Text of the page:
I'm a tech exec who hiked Mt. Everest to help refugees — and it taught me what it really takes to be successful

Elena KvochkoElena Kvochko is a CIO specializing in computer security for a financial services company and is a well-known expert in cyber security.

I immigrated to the US nearly a decade ago to complete my graduate studies after studying and working in Europe and my original country of Russia. I soon fell in love with the US and made it my permanent home.

The opportunities here for my line of work, technology and information security, have been amazing. I also found the US to have the most inspiring people and culture. Anyone, regardless, of who who they are or where they come from has a chance at their dreams.

That’s not true for everyone in the world. Despite all the positive developments in our economy and the many challenges we have solved as a global community, we still bear witness to inequality, lack of hope and tendency to resist change.

Elena Mt Everest 06Still, I have to admit, working in a growing industry makes it easier to forget what might be happening in other parts of the world. I kept feeling like maybe there was some bigger way to contribute.

Then I was introduced to Refugees International, a DC-based non-profit that helps identify the needs of displaced people to bring them protection and assistance. I decided to take on a big challenge to help raise awareness for this organization and their life-saving work.

And that's how I found myself signing on for an expedition to hike in the Mt. Everest region, up to 18,000 feet. It wasn't a summit expedition. I’m not a mountain climber and I live in New York, at sea level. But the lessons I learned from this experience have forever changed how I think about my life, what it means to be successful and how to accomplish any goal.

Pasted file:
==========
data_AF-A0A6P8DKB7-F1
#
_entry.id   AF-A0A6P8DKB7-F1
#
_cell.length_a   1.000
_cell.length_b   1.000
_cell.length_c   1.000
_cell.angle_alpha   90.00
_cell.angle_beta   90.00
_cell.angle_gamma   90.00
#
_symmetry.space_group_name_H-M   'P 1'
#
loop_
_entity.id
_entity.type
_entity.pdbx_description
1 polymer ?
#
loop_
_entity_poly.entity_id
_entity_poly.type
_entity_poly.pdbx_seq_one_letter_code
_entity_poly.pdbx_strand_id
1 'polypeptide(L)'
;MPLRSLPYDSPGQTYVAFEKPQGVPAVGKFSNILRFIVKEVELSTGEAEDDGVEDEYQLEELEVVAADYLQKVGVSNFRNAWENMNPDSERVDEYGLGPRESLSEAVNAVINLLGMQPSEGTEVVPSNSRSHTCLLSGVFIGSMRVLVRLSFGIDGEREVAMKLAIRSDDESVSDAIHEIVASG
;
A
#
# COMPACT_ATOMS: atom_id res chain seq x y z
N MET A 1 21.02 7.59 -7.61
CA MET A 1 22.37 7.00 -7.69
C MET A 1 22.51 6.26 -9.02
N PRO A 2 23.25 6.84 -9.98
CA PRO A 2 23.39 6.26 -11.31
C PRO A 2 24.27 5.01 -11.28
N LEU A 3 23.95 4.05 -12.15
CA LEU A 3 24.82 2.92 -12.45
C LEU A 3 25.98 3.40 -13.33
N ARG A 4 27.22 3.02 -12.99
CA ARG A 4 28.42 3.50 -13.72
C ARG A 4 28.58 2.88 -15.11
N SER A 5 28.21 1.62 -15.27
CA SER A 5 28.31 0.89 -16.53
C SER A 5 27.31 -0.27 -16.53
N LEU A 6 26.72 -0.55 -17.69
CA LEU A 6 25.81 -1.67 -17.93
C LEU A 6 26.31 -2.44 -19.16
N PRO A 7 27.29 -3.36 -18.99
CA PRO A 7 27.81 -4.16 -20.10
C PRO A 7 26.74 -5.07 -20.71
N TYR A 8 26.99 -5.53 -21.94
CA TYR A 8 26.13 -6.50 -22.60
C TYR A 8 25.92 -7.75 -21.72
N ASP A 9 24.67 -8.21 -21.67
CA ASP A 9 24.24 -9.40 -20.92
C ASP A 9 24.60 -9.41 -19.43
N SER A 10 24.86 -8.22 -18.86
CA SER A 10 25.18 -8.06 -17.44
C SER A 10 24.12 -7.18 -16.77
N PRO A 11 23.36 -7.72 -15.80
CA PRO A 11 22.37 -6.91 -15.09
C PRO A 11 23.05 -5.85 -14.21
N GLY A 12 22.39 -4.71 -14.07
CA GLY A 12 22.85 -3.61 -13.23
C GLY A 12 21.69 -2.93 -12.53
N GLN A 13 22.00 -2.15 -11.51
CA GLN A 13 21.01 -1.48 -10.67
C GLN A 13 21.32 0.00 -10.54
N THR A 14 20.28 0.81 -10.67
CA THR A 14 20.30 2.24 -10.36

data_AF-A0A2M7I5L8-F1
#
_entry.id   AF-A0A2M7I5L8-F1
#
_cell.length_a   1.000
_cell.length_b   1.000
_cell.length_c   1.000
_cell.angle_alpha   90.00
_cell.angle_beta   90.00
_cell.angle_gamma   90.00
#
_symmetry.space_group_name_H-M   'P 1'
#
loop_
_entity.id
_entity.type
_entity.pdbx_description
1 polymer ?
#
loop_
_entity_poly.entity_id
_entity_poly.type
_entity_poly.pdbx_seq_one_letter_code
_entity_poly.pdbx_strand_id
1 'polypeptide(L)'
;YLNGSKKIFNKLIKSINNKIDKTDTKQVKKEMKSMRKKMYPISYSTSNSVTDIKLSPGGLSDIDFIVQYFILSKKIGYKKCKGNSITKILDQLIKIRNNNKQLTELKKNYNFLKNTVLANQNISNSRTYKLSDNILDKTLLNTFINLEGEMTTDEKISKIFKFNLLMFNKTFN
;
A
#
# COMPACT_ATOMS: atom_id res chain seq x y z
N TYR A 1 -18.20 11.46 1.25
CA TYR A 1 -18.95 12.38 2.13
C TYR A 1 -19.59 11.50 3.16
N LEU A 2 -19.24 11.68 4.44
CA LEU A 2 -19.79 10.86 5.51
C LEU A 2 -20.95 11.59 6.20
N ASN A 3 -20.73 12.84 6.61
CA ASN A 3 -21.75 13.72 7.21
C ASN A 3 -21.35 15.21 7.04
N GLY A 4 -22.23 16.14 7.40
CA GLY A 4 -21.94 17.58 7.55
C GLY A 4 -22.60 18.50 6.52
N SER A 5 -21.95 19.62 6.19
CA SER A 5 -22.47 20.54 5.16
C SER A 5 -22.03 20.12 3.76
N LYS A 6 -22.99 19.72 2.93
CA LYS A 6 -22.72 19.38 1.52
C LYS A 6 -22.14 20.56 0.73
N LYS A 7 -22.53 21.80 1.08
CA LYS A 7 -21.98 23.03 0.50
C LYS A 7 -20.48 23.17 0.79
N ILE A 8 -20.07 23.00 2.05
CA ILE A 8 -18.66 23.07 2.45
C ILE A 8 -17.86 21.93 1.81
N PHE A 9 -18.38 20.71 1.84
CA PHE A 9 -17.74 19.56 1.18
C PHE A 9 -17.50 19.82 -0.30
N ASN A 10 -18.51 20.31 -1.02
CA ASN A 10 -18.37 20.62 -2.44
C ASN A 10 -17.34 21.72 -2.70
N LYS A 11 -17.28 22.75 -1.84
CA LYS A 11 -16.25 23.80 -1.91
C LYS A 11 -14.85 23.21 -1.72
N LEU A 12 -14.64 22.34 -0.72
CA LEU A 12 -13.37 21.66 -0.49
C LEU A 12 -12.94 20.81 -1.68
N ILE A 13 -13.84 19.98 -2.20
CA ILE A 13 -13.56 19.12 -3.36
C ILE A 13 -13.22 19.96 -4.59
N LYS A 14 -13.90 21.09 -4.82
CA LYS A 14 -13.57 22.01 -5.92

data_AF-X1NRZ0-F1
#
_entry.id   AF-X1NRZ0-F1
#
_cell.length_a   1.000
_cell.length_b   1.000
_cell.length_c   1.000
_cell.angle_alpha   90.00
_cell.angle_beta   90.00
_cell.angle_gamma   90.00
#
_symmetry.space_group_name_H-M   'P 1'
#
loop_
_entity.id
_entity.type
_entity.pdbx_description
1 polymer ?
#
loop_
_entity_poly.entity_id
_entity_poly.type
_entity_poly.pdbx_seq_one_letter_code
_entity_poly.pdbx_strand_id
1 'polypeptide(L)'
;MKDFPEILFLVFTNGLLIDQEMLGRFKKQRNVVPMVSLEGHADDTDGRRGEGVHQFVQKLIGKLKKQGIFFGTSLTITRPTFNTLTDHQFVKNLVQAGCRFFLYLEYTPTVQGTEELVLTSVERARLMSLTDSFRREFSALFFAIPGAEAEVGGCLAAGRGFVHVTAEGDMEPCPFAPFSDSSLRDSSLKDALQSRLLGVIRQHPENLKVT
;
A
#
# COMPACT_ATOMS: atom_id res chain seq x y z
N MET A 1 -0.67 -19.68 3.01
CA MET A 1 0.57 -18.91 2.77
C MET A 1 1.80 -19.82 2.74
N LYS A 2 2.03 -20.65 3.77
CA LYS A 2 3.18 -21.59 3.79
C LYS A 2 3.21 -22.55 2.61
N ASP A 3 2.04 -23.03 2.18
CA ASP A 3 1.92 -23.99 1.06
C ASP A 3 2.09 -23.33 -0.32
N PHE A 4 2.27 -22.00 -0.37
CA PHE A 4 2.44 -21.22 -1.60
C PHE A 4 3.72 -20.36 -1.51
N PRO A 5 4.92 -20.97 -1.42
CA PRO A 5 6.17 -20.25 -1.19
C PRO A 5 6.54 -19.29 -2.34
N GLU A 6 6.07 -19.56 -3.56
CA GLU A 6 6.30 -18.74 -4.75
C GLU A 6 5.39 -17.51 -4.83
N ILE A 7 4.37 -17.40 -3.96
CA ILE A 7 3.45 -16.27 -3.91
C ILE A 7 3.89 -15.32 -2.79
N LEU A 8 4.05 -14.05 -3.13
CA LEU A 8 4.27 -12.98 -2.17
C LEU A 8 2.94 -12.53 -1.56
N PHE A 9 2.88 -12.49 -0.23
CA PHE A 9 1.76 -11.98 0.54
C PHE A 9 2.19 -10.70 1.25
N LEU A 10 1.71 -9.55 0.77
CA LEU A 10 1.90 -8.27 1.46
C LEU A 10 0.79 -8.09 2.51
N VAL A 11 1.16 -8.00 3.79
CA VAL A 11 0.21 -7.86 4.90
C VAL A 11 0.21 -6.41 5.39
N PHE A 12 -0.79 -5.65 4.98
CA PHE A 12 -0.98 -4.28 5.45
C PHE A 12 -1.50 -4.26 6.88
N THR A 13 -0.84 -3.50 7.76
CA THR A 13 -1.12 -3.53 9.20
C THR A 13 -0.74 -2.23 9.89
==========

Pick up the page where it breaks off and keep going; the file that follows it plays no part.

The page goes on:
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Ascending to over 18,000 feet wasn’t something I had done before. And I'm not a fan of heights or cold weather. I was hoping by picking something that was hard for me, I would inspire at least some of my friends to challenge themselves and contribute to the causes they care about.



I was nowhere near physically ready. As advised by friends, I trained for the lack of oxygen at over 18,000 feet by strapping on an altitude training mask and climbing 60 floors of stairs in an office building, up and down, while wearing a backpack. It was hard work. It was hard to breathe and there were many days when I didn't think I could finish. But I did. I also did step classes, indoor climbing and a practice ice climb.



After 6 months of training, I finally arrived in Lukla, Nepal.



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